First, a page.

Greek Coffee, Served Black

Cooking Greek Coffee
Cooking Greek Coffee

Greek coffee (Or Turkish coffee, or Cypriot coffee, this style got around) is nothing like espresso. The coffee beans are ground to a powder, and cooked in a simple pot with sugar. I learnt how to make this coffee from my grandparents, who migrated to Australia from Kythera.

The Coffee, the sugar and the Briki
The coffee, the sugar and the briki

The ratio my grandmother uses is one teaspoon each of coffee and sugar and per person (and however much water you need to fill the cups you plan to use). Place the pot (or briki) onto the stove, and bring to the boil. Try not to let it overflow onto the stovetop, which it does fairly easily. Taking it off the heat as it comes to the boil, and placing it back on the flame once it has cooled a little once or twice also helps ensure that you get the most from the pulverised coffee.  If you take milk with yours, add the milk after the coffee has been brought to the boil the first time.  Boiling the milk in with the coffee and sugar gives it a richer flavour, much better than just adding the milk once the coffee is already in the cup.

It is very easy to make Greek coffee strong. A tablespoon, rather than a teaspoon, per person is an experience unto itself. Also, don’t drain the cup to the dregs when drinking, as there is a layer of sediment at the bottom which tastes as good as a sandy slap in the face.

Diaspora, Disrupting Social Media & Delivering T-Shirts

The Diaspora T-Shirt
The Diaspora T-Shirt

When you only have ten invites for a new social network, to whom on Earth do you give them? It is an interesting question, and in a way, unintentionally similar to another shiny new tech thing, Path, which limits you to 50 connections. This week I got my Diaspora t-shirt, as part of my backer’s rewards. A few days later I also got my Alpha invite. With the 10 invites.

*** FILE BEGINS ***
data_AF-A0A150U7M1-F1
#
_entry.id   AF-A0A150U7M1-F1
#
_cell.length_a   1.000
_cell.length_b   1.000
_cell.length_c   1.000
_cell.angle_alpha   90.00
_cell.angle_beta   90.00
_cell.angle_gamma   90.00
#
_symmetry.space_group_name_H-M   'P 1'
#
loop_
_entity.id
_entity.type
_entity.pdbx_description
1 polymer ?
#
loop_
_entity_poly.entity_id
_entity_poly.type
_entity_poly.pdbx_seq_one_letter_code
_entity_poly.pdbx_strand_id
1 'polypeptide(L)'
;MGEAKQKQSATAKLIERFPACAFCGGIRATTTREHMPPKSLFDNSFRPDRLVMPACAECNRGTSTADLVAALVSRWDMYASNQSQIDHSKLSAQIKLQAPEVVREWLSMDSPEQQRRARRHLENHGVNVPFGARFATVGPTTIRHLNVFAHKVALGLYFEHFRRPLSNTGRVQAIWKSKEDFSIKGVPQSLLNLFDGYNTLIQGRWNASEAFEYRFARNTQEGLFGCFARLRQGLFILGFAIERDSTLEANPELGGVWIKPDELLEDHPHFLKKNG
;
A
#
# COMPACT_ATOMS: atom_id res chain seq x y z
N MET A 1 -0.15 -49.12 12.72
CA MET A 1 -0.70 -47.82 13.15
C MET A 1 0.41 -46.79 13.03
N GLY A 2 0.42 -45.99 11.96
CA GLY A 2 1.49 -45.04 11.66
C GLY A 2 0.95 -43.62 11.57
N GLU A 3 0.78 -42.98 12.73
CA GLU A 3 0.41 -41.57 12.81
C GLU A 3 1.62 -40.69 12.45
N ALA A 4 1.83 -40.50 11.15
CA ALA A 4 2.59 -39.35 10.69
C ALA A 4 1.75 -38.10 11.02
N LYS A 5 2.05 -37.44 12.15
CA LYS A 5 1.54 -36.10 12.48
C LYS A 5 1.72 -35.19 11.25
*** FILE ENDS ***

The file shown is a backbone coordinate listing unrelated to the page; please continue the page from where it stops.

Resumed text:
Diaspora is not limiting its users to just 50 connections, or even to just the ten that they give you invites for. Understandably as it is in Alpha, they are limiting scale, at least until things move forward some more. Whatever the reasons, I am still left on the wrong side of the network effect and with the question of whom to give one of the ten invites.

Network Effect as a Bell Curve

Network Effect as a Bell Curve

  1. Populated by purported ‘social media gurus’ or bored IT staff. That’s it.
  2. Early adopters can find their immediate circle of friends.
  3. That guy who made primary school miserable for you wants to become your friend.
  4. Ignoring your coworkers’ friend requests becomes harder to sustain.
  5. Boomers are commenting on their kids’ party photos, thanks to friends tagging them.
  6. Traditional media is reporting on all of those off-colour pages your profile links to, as funny as they were at the time.

Obviously I would want to give them to people I already interact with, and of course I would like to give them to people who would actually use them, but who are they? It is like Google Wave all over again. Not everyone even looked at it after they cemented their geek cred by acquiring an invite.

Diaspora Alpha
Diaspora Alpha

In the Diaspora Alpha, you can manage your updates by groups called ‘Aspects’, post photos and even publicise your own content through Facebook, Twitter and, even more cool, as an RSS feed. Comments on photos and posts are there, as is the ability to reshare posts across aspects after publication. I am interested in seeing if doing this makes all comments visible too, but unfortunately I can’t test that right now.


  • Looks cool
  • Is a pretty good fit
  • Guarantees geek credibility
  • The Diaspora Alpha looks cool too.